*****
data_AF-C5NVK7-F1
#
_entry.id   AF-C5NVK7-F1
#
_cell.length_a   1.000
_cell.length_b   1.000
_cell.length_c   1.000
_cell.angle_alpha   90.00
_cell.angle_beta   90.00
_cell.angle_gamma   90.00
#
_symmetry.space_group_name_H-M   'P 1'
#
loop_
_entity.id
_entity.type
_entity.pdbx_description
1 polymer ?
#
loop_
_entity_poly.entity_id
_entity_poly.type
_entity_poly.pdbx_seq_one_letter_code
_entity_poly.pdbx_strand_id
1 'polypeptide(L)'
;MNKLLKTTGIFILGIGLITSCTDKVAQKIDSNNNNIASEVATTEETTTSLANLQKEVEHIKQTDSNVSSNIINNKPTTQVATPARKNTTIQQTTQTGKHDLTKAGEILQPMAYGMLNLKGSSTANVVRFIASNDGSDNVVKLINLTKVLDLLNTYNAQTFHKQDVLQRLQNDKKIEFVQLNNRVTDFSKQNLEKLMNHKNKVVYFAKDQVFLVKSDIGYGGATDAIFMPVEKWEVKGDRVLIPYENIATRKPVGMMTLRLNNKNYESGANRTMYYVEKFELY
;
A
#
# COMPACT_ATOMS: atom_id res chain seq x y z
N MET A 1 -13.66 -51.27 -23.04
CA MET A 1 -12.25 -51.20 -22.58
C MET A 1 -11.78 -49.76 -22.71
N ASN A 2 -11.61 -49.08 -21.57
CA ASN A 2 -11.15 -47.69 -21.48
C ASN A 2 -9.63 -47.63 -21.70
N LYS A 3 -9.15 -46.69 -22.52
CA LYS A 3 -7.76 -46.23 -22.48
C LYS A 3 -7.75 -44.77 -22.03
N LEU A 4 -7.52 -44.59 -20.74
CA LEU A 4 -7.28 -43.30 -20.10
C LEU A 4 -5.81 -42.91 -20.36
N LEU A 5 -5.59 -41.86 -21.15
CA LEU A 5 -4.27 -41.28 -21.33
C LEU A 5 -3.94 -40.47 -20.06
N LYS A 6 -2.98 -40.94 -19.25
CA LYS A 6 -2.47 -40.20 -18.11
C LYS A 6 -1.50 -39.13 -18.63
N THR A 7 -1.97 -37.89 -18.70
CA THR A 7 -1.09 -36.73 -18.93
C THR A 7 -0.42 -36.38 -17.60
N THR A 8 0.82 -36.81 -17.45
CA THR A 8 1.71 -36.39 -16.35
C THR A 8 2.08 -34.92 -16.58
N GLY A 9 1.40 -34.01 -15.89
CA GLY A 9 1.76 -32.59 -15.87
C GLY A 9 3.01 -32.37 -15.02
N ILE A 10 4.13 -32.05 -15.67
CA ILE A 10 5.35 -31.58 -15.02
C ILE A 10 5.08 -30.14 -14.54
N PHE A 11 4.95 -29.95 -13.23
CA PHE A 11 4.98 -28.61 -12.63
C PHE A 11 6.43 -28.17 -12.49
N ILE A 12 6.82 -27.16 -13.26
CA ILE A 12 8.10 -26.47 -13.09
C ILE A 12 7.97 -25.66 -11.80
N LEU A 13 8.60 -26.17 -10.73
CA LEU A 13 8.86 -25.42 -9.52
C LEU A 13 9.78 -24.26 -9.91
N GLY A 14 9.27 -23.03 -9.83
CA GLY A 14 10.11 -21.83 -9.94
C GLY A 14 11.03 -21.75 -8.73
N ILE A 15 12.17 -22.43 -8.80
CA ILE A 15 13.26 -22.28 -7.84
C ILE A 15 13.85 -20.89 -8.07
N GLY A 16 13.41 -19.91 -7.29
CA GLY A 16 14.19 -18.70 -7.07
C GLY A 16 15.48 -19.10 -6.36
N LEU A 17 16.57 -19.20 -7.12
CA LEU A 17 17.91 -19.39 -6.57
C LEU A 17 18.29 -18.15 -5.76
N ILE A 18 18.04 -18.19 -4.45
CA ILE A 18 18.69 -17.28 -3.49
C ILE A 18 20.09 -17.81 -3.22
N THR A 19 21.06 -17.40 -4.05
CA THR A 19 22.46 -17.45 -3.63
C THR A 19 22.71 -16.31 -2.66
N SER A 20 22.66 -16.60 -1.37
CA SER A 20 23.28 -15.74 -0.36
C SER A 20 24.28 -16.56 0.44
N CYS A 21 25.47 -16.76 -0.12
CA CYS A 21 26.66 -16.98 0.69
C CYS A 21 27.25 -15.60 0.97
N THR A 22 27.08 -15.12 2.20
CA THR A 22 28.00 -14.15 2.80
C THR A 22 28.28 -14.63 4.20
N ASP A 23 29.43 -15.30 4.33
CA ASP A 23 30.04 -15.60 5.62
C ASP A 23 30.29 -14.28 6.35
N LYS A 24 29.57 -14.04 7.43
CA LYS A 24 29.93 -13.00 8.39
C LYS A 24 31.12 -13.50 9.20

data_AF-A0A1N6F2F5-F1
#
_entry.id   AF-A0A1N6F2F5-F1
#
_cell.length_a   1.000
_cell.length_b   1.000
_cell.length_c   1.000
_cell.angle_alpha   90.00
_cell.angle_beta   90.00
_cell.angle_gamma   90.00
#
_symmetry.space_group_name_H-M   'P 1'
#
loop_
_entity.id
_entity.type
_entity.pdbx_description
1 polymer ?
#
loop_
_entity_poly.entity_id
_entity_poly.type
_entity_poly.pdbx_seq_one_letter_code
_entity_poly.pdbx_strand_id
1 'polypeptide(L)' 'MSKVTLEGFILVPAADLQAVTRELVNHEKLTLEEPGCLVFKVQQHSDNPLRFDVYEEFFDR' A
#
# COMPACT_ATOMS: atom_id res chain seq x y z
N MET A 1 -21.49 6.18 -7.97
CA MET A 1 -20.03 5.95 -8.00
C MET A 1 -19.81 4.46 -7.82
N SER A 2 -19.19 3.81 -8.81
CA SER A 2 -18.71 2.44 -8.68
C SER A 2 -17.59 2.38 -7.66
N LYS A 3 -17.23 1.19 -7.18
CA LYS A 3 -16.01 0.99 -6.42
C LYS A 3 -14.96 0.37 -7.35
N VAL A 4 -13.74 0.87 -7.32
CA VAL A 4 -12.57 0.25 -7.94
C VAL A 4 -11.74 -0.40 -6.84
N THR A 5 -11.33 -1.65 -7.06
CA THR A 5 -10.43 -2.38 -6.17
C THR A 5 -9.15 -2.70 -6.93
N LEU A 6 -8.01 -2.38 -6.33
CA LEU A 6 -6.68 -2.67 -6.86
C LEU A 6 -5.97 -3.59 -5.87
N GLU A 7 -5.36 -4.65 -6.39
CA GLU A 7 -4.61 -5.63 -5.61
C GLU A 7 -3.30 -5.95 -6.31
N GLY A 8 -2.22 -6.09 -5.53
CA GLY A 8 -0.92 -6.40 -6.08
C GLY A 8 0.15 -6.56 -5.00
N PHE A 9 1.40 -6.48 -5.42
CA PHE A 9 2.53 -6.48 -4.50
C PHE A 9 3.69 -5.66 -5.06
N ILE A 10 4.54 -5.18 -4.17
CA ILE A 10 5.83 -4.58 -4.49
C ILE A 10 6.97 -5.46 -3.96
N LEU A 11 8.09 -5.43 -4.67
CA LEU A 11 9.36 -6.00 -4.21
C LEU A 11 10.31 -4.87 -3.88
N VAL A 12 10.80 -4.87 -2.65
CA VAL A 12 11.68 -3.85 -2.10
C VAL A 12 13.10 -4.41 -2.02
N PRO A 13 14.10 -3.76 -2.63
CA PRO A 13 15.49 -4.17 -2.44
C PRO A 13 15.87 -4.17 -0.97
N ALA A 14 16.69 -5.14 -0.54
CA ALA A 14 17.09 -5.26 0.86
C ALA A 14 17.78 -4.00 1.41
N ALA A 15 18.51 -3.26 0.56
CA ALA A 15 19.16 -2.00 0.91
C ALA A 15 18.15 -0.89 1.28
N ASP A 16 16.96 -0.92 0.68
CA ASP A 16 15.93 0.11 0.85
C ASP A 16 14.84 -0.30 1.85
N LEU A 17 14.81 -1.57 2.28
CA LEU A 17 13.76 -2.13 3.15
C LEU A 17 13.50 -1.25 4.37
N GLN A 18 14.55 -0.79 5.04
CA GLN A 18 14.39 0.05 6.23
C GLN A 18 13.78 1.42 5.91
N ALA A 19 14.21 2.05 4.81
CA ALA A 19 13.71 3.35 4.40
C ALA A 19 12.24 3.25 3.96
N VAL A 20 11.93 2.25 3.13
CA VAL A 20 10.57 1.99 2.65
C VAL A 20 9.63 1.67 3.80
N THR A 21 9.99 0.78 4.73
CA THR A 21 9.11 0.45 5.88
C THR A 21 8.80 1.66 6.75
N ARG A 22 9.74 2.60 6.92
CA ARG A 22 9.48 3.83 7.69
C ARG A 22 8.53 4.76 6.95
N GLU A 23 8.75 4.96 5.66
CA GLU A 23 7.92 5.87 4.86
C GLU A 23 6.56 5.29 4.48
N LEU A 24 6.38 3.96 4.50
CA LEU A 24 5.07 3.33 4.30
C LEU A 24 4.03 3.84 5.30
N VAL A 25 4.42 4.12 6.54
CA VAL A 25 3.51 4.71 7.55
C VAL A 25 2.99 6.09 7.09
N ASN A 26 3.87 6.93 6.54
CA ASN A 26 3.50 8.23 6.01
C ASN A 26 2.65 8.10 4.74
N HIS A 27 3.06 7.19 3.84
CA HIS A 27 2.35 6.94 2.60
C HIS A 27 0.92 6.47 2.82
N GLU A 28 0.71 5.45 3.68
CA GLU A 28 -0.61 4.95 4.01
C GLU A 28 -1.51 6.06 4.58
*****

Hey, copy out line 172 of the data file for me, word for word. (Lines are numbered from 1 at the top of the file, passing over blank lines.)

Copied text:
N ALA A 15 18.51 -3.26 0.56